What states were in the New England colonies?
The region is made up of six unique U.S. states: Connecticut, Maine, Massachusetts, New Hampshire, Rhode Island and Vermont. Each have their own history and culture – all are beautiful, offering countless activities and adventure.
Why are the 6 states called New England?
The region was named by Capt. John Smith, who explored its shores in 1614 for some London merchants. New England was soon settled by English Puritans whose aversion to idleness and luxury served admirably the need of fledgling communities where the work to be done was so prodigious and the hands so few.
Why is New York not considered a New England state?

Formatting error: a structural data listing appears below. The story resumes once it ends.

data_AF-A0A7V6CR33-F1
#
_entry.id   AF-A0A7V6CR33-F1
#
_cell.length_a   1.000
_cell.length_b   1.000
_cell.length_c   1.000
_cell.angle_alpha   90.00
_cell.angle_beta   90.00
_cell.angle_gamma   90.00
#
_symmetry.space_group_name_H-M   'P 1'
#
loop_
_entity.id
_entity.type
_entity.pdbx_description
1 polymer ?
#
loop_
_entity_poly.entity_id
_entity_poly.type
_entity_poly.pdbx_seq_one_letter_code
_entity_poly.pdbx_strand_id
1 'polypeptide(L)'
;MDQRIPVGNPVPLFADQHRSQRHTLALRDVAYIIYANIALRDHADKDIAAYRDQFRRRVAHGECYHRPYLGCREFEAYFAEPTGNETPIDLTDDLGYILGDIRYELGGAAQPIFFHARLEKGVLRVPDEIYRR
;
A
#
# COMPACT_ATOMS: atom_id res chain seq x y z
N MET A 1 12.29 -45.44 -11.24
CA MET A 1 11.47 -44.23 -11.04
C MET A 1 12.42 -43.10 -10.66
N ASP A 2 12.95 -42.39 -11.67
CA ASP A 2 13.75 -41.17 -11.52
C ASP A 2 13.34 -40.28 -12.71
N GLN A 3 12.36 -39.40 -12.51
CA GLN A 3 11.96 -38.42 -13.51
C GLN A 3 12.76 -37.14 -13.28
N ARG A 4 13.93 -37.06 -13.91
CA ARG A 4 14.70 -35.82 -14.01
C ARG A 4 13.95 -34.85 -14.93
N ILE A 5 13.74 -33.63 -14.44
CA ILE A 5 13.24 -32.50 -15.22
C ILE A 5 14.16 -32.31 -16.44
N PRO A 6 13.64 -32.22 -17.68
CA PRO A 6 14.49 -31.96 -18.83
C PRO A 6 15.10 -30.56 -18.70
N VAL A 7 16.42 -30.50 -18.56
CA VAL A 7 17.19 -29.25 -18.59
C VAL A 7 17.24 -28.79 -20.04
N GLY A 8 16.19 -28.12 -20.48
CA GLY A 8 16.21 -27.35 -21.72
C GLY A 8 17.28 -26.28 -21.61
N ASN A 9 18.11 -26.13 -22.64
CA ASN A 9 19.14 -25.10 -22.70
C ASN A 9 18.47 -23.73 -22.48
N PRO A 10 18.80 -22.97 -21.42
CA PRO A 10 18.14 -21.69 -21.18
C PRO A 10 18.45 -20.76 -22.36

New York and New Jersey were originally both part of New Netherland, which was a Dutch colony, not an English one. They were conquered by the English in 1664, re-conquered by the Dutch in 1673, but ceded to England in the Treaty of Westminster in 1674.
What were the 13 original states in order?
Just prior to declaring independence, the Thirteen Colonies in their traditional groupings were: New England (New Hampshire; Massachusetts; Rhode Island; Connecticut); Middle (New York; New Jersey; Pennsylvania; Delaware); Southern (Maryland; Virginia; North Carolina; South Carolina; and Georgia).